Stephen Walt’s prediction of the end of Israel is overly optimistic by mattsteinglass
February 12, 2009, 9:10 am
Filed under: Uncategorized

Ezra Klein asks “what’s the flaw?” in Stephen Walt’s  argument that if Israel doesn’t immediately come up with a 2-state solution and allow the creation of a Palestinian state, Palestinians will begin pressing for the vote in a unified State of Israel; then the US will be faced with the choice of supporting apartheid, or supporting the end of Israel as a Jewish state. I think there is a flaw here: Walt is too optimistic. He believes that as continued settlements in the West Bank gradually render the 2-state solution impossible, there will come a point at which Israel will be forced to choose between three options: ethnic cleansing (a crime against humanity); apartheid, with Israeli control over the entire territory of Israel/Palestine and Palestinians living in Bantustans without political rights; or a one-state solution in which Palestinians and Israeli Arabs are the majority of the citizens.

The problem in my view is that I think we already are in situation 2 — apartheid — and I don’t see why Israel will ever actually be forced to make a choice among Walt’s three options. I don’t see that Israel will ever be forced to physically expel the Palestinians from the West Bank; they seem to be able to crush them through a military/police regime without expelling them. And I am not convinced that a significant number of Palestinians will ever begin openly calling for the vote in the Israeli system of government. I don’t think this is a platform that Hamas, for instance, can embrace. There is a huge ideological barrier which Palestinians would need to cross in order to shift their demand from a Palestinian state as such — even, as Hamas demands, a Palestinian state embracing all of Israel, achieved through revolutionary violence — to a demand for the vote within the Israeli political system. Yes, a campaign of nonviolent protest demanding citizenship and the vote in Israel would win Palestinians immense worldwide sympathy and might prove impossible for the US to oppose or Israel to resist. But  if the Palestinian political system were capable of embracing a strategy of nonviolent resistance it would have won the struggle for an independent state a long time ago.

It seems rather more likely to me that the violent actors within the Palestinian system will continue to see their internal political advantage in continuing a violent struggle against Israel; that the fascist-rightist actors within the Israeli system will continue to see their internal political advantage in publicly advocating a two-state solution “as soon as the Palestinians abandon violence” (which, conveniently, they know to be impossible) while continuing to expand and entrench the actual system of apartheid; and that, in short, we remain stuck forever in Walt’s “option 2”, i.e. apartheid, while refusing to acknowledge that this is in fact what has happened. At some point the demoralization and emigration of rational secular Israeli youth could turn the country into a second-rate economy with an explicitly fascist political character, and that could force a reevaluation of American policies as Israel becomes the Serbia of the Middle East (and the US its Russia). But that lies decades down the road, and so many things can happen in the interim that it’s impossible to make any forecast.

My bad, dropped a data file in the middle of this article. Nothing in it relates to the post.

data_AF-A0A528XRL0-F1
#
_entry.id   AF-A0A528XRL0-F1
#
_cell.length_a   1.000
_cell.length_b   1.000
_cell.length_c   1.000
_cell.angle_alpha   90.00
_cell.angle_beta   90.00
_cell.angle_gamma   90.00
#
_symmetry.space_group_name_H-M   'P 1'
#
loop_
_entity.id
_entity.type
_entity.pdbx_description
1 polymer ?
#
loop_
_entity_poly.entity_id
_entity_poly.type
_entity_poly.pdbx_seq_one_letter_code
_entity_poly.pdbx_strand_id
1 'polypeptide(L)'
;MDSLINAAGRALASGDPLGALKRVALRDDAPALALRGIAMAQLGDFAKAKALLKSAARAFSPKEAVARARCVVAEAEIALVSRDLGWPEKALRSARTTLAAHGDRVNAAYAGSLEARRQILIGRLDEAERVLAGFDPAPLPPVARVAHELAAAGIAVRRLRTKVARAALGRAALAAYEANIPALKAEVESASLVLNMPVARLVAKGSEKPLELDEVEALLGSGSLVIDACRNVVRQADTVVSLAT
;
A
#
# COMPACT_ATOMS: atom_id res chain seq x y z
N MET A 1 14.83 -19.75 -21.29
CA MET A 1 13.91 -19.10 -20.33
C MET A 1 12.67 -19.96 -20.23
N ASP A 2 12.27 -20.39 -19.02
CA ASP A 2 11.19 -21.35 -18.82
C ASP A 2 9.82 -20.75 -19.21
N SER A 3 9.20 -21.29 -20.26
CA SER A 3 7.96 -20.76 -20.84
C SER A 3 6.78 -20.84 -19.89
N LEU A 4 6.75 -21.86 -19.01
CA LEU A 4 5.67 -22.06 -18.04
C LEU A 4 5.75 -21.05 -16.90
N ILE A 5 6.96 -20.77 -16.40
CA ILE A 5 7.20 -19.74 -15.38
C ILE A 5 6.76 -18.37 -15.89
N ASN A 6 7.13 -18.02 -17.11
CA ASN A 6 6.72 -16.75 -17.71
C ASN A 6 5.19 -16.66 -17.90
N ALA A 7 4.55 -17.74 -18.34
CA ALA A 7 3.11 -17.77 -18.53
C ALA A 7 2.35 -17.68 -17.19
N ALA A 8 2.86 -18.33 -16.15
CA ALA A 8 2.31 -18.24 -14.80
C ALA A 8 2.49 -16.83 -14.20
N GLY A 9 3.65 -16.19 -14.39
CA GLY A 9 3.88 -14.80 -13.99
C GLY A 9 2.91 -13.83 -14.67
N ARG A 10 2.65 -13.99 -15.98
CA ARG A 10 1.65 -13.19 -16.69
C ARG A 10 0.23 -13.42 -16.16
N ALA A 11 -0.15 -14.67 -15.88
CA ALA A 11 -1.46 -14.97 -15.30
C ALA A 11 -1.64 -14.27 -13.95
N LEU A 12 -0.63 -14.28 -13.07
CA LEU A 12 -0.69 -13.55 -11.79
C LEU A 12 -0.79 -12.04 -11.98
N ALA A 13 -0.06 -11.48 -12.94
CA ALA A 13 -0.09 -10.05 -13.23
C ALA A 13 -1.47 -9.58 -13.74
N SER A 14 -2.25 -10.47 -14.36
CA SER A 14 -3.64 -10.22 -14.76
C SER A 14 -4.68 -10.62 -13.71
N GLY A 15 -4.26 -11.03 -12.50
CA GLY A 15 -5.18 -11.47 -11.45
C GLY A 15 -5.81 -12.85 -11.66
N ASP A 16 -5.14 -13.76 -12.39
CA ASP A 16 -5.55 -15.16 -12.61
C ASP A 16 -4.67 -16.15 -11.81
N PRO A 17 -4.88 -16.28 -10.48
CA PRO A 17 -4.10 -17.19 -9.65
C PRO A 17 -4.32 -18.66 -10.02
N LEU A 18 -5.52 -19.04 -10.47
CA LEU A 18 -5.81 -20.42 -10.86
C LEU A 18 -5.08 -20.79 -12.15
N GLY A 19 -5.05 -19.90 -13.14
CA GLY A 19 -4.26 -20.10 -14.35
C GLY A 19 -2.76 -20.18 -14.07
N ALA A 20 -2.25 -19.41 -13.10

2 Comments so far
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I really don’t see where Walt said, “…Palestinians will begin pressing for the vote in a unified State of Israel…”.

Otherwise your post is mostly correct. I disagree with you and Walt about the US reevaluating its policy towards Israel in the long run if “option 2” came about. Unlike South Africa, Israel is not claiming all of the West Bank – just the right to control it. It is a small, but important distinction that will allow them to get strong US support indefinitely.

Comment by Frank

But Stephen Walt isn’t making an argument, he’s asking a question, and the question is what does the U.S. do when the two state becomes impossible because of certain trends developing in the region, such as the apartheid being discussed? And it may be that those supporting a two state solution are too optimistic given the current trends in the region. It is certainly true that groups that have an invested interest in violence are prevailing over moderate actors. But the logic of what Walt is asking is, okay, lets say that these trends develop, what then? Are there better solutions than the two state solution? It seems to me that Walt is essentially asking about a question of priority for those that are advocating alternatives rather than making arguments about what sort of outcomes we’re looking at.

Comment by Paul J.

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